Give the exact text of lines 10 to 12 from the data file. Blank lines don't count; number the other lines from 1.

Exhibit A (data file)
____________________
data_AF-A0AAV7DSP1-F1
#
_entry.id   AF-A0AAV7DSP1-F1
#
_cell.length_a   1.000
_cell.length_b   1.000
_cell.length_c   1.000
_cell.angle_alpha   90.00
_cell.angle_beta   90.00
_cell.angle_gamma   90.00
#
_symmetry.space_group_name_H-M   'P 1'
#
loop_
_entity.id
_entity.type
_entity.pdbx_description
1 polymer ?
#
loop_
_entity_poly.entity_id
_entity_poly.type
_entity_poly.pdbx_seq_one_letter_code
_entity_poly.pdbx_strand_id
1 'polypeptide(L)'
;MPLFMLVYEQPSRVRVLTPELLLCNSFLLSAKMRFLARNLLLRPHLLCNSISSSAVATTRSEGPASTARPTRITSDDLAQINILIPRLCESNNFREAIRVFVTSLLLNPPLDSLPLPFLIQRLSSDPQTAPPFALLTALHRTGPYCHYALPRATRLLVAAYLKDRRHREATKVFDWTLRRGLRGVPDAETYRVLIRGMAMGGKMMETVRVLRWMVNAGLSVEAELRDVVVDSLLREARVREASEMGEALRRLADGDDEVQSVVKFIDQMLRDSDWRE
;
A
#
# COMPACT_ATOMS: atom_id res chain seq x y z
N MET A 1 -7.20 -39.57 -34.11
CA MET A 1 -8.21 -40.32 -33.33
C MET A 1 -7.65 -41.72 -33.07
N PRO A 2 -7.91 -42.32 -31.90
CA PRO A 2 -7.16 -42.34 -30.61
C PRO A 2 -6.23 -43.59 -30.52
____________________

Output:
_cell.angle_gamma   90.00
#
_symmetry.space_group_name_H-M   'P 1'